Bargain free agent finds

Another tool for building a good NHL roster for significantly less than $73 million is to find bargains in free agency. This is hard to do. In free agency, many top-tier players actually sign for more than they are worth because that is what it takes to win the bidding war. But it is possible to add players from free agency who outperform their contract.

In his first 3 summers (counting the current one which obviously is not over yet) as GM, Ron Francis has not been very active in free agency, instead preferring to use the team’s prospects and a couple trades to build the roster.

But this summer, Francis made 2 free agent additions. First, he added Victor Stalberg who projects to be a depth forward likely to play on the fourth line. Second, he added Lee Stempniak who will play somewhere in the top 9 forwards and seems destined for a look on a Skinner/Rask line that could be the team’s top scoring line.

At $2.5 million per year for 2 years coming off a season with 51 points and with advanced stats that rate positively, Stempniak figures to be an attempt by Francis to find a bargain in the free agent pool without taking significant risk. Ward’s new contract for a $3.3 million middle ground could also be considered an attempt to spend less than the premium price but get much more value than is paid.

Reference: Lee Stempniak, Cam Ward.


Bargain contracts on internally-developed players

The final tool for building a $73 million team for more like $55-56 million involves getting internally-developed players under contract for less than they are worth. There is an element of being a shrewd negotiator, but the bigger driver might be strong decision-making on when to take calculated risks in locking up players before their price escalates.

The idea is lock a player in at a reasonable price before they become a higher caliber player who will cost more. To do these deals, a GM must be willing to pay a bit more than a player might be worth right now to get a price that has the potential to be significantly less than the player might be worth later if he continues to grow as a player.

Victor Rask’s contract last week is a prime example. Francis might have been able to push Rask’s contract down a tiny bit had he decided to do a 2-year bridge deal. Such a deal avoids the risk of committing to a young player long-term but adds the risk that he costs significantly more 2 years later if he has 2 great seasons.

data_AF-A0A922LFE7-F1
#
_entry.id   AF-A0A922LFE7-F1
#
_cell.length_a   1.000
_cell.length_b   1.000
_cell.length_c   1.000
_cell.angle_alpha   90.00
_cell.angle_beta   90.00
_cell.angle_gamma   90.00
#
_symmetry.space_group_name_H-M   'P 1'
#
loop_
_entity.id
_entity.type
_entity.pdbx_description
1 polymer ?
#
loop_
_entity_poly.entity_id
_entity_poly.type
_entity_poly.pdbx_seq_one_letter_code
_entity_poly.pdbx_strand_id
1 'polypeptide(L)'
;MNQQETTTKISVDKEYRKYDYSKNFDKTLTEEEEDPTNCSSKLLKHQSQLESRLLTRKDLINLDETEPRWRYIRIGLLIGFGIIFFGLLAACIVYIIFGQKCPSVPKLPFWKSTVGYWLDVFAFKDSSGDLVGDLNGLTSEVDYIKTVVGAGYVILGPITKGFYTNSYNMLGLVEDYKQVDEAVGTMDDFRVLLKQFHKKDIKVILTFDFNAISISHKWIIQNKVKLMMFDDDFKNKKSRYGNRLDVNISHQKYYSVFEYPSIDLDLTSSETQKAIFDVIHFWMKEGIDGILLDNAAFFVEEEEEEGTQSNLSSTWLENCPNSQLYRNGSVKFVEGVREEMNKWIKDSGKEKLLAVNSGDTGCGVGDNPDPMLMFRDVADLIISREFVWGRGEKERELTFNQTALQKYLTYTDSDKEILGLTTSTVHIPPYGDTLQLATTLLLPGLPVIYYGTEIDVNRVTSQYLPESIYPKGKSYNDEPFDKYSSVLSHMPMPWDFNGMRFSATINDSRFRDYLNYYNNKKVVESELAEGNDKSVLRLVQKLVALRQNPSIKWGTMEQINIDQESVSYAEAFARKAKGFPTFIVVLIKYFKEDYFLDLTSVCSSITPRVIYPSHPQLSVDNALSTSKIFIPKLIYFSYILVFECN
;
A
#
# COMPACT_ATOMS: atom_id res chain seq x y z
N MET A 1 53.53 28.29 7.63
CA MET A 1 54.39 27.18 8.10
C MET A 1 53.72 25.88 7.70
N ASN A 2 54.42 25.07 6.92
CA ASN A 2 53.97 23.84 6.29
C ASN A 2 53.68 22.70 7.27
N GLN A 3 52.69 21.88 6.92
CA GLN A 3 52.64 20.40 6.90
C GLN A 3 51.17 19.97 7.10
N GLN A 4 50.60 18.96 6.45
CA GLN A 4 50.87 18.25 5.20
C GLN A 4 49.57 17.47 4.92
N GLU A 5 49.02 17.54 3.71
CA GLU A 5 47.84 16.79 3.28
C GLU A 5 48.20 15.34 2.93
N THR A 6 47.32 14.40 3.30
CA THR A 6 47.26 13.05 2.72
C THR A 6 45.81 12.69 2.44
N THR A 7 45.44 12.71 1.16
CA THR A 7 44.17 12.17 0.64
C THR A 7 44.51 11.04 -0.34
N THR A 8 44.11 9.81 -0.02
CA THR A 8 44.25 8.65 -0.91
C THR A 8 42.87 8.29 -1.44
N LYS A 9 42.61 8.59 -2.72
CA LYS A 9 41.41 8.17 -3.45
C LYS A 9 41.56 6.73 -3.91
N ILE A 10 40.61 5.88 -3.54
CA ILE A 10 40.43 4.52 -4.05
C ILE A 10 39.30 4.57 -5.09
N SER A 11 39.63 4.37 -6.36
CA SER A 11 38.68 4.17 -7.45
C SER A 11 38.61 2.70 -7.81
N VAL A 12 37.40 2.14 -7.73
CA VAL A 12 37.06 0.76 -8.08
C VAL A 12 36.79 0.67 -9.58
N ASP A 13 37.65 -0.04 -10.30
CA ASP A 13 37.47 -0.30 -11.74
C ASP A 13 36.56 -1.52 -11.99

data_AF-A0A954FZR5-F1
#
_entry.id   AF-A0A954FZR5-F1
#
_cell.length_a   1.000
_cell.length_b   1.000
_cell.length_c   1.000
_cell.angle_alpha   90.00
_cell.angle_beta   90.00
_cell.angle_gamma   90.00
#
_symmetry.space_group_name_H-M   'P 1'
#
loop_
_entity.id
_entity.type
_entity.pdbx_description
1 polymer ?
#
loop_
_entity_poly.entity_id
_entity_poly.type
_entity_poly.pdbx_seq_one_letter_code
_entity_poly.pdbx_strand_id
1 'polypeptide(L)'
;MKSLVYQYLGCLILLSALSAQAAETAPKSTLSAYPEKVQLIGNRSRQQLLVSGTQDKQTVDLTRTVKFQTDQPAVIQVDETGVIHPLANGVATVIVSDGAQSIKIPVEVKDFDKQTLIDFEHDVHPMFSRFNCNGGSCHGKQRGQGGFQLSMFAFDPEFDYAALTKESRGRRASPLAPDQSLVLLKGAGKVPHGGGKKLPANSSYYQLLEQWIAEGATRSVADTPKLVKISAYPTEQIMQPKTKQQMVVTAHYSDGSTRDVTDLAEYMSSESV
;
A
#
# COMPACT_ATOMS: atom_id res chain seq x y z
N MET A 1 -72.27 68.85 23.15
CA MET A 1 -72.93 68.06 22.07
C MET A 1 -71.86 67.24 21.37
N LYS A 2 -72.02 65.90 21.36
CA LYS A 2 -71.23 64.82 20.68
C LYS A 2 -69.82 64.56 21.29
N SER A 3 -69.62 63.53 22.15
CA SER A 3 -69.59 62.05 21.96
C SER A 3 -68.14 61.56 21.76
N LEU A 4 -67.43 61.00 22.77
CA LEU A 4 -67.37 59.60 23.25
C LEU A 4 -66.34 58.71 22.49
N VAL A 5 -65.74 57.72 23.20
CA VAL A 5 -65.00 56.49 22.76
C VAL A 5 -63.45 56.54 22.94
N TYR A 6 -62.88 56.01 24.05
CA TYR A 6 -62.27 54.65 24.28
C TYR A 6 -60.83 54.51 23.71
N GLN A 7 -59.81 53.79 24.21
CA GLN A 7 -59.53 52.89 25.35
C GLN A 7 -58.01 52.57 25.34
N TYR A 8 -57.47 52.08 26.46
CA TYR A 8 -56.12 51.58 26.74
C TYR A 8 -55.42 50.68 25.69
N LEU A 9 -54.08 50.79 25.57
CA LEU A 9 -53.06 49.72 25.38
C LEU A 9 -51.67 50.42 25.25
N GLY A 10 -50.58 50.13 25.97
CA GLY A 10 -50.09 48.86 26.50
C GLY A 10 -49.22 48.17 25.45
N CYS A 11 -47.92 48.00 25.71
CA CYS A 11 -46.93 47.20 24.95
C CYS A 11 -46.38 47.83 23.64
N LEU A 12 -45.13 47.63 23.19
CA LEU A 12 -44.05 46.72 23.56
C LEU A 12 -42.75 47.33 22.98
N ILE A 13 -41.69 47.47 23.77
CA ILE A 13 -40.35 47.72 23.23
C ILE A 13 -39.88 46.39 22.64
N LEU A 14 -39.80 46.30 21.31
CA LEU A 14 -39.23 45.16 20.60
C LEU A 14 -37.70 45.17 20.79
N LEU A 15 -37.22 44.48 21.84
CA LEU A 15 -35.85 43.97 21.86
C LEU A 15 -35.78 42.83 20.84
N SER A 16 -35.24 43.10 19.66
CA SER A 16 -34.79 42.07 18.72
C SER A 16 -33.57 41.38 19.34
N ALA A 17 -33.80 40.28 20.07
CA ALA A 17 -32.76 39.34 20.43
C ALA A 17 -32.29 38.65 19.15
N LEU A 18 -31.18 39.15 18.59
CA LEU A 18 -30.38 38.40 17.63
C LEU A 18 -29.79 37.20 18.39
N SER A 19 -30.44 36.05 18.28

Hits: Justin Faulk is probably the best example of a deal like this that has already paid dividends. Just prior to Francis taking the reins as GM, Faulk was signed to a long-term deal for $4.8 million per season that now looks like a bargain compared to other comparable players’ deals.

Misses: Both were short-term deals, but last summer Ron Francis re-upped with both Eddie Lack and Elias Lindholm a year early, before their previous contract had expired. Neither player had a great 2015-16 campaign and could arguably have been signed for a little less this summer had Francis waited. In the case of Lack, one could reasonably argue that had Francis not already committed to 2 more years of Lack that he might instead have gone a different direction with the second goalie slot this summer.

Reference: Justin Faulk, Victor Rask and to some degree Jeff Skinner and Jordan Staal.


General approach and early assessment

Though it will take awhile to yield results, the single biggest thing that I like about Francis’ tenure as Hurricanes GM is his commitment to building the pool of prospects. Having a steady stream of good but inexpensive young players constantly rising up to fill roster spots at a discount is the purest way to build a good but inexpensive NHL team. Simply avoiding the high-risk game of signing top-end free agents and the big mistakes that often come from this game also goes a long way toward avoiding bad contracts that decrease a team’s performance relative to its cost.

Go Canes!